Sick with Anxiety: On Ben Marcus’s Leaving the Sea

9780307379382Leaving the Sea
by Ben Marcus
Knopf, January 2014
288 pages / $25.95  Buy from Amazon






“I’d been thinking for years about language as a toxic substance,” said Ben Marcus in a 2011 interview with HTML Giant.  “Language itself making people sick.  Speech and text, all of it poisonous.”

He continued, “I seem to write about language a lot. Language as a physical substance with deviant powers:  a powder, a drug, a wind, a medicine. I can’t really help it.”

Ben Marcus is obsessed with language on a sort of sadomasochistic bent. Consider this invective:  “In English, no matter what you said, you sounded like a coddled human mascot with a giant head asking to have his wiener petted…”

And, “English, in which every word was a spoiled complaint, a bit of pouting…”

And, “…a whiner’s tongue.”

And, “At least overseas he didn’t speak much English.”

And, “….he spat his useless English.”

All of these are taken from Leaving the Sea, the new collection of short stories from Marcus, who is bound and determined as ever to make us sick with language. Leaving the Sea is divided into six sections on loose formal and philosophical grounds, and in loose order of obscurity and opacity.

The collection begins safely, with Marcus’s most accessible work, although there isn’t much in the way of traditional resolution even here. The key to any good relationship, the writer/reader one included, is a managing of expectations, and nowhere in even his most outwardly inviting writing does Marcus hint at anything that suggests closure and a case of the warm-and-fuzzies.

Another consistency: Marcus’s characters are consistently on the wrong side of power balances, often for reasons unclear. The opening story, “What Have You Done?” features a protagonist who has returned “home” for a family reunion of sorts, only be shunned and vilified by a family that seems equally bemused by and afraid of him. We see hints of an “old Paul” boiling over throughout the story, but the title of the story remains a taunt, as we never quite find out what Paul did. (To consider this a spoiler, by the way, is to miss the point of Marcus’s writing, which can be very much like tantric sex sans orgasm. I mean that in a good way.)

The characters we meet in Leaving the Sea are often achingly sad, borderline alexithymic, and resigned to a fate over which they have no control. Despite the harsh sense of determinism, Marcus’s characters all seem to feebly make attempts to control what little they can. Fleming in “I Can Say Many Nice Things” is a serious writer forced to lead a creative writing seminar aboard a cruise ship for financial reasons while trying to resist the temptation of an affair with an enthusiastic student as a small act of mitigation against his bitter wife back home.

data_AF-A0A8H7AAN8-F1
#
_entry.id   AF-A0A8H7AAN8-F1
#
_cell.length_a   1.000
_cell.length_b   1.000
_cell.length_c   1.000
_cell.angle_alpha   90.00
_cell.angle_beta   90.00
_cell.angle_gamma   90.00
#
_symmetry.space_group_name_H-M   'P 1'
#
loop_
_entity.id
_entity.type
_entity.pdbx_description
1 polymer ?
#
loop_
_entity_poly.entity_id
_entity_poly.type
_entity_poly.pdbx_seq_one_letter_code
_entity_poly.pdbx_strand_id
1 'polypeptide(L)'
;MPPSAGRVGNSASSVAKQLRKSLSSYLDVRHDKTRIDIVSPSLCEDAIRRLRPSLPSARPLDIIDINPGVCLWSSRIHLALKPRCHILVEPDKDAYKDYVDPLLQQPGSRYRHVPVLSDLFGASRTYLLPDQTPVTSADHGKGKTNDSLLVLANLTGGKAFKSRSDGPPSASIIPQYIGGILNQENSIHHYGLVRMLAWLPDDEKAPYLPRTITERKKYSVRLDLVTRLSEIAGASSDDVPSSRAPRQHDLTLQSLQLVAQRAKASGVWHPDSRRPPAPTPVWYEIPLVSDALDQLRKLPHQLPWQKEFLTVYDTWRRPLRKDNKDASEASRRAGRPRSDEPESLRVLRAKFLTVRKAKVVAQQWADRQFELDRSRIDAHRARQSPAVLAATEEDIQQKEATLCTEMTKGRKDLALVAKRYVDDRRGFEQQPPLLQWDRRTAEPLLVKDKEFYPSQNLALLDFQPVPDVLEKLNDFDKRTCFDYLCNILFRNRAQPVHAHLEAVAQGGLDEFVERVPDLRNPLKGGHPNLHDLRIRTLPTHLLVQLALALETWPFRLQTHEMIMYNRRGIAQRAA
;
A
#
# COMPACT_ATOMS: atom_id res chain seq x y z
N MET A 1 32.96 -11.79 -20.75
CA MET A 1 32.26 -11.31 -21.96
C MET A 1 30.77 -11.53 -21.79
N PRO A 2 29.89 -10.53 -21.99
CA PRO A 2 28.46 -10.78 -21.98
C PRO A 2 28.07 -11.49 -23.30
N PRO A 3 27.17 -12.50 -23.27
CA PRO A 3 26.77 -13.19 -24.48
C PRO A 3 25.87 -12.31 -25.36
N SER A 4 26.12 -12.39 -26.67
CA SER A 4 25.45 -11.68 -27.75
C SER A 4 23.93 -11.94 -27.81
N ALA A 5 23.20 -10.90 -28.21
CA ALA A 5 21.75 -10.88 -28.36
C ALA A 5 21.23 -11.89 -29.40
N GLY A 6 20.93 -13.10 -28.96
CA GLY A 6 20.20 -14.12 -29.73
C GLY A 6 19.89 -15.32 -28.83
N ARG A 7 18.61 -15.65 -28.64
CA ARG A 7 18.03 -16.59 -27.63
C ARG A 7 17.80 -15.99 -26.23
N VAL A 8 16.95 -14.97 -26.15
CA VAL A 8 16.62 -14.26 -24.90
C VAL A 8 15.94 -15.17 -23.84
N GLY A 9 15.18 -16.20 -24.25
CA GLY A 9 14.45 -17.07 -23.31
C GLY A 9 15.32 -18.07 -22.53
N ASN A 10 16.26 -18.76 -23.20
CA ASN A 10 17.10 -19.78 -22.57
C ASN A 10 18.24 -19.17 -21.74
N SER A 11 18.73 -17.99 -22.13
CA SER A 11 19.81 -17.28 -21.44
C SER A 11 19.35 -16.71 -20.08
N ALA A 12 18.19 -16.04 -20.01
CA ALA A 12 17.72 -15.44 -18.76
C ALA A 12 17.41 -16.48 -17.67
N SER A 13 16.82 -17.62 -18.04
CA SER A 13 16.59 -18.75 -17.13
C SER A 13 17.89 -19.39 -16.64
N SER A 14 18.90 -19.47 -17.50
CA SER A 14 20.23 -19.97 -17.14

In “The Dark Arts”, Julian fends off nighttime invaders in a Düsseldorf hostel while undergoing experimental treatments for a rare immune disease — an “allergy to my own blood”, he calls it — all the while waiting for his girlfriend, who has yet to arrive from France after a lover’s quarrel. When she does materialize, cold and aloof, we’re left wondering if Julian might have been better alone, a thought not lost on him. “Had anyone,” Julian wonders at one point, “ever studied the biology of being seen? The ravaging, the way it literally burned when you fetched up in someone’s sight line and they took aim at you with their minds?”

If it is a subterranean discomfort the reader feels in the first three stories, the last of Part One, “Rollingwood,” carries it to full nausea. Mather is the father of a sickly child, afalter in every aspect of life, and seemingly unable to summon the strength to fight back against an ex-wife and a potentate boss who appear supercilious towards his continued being, particularly when his usefulness runs out. What transpires leaves the reader feeling gutted, somehow disappointed to the point of sickness, although one could hardly call it a visceral story. The language is plain, inviting even, but weighted with sadness.

Part Two consists of a series of interviews with a series of cultural tastemakers/gurus who believe they hold the key to a happier life by way of shunning the adult world. One, in a not-so-subtle allusion, believes that perhaps we’d all be better off in a cave, though this one has no light by which to project any shadows at all.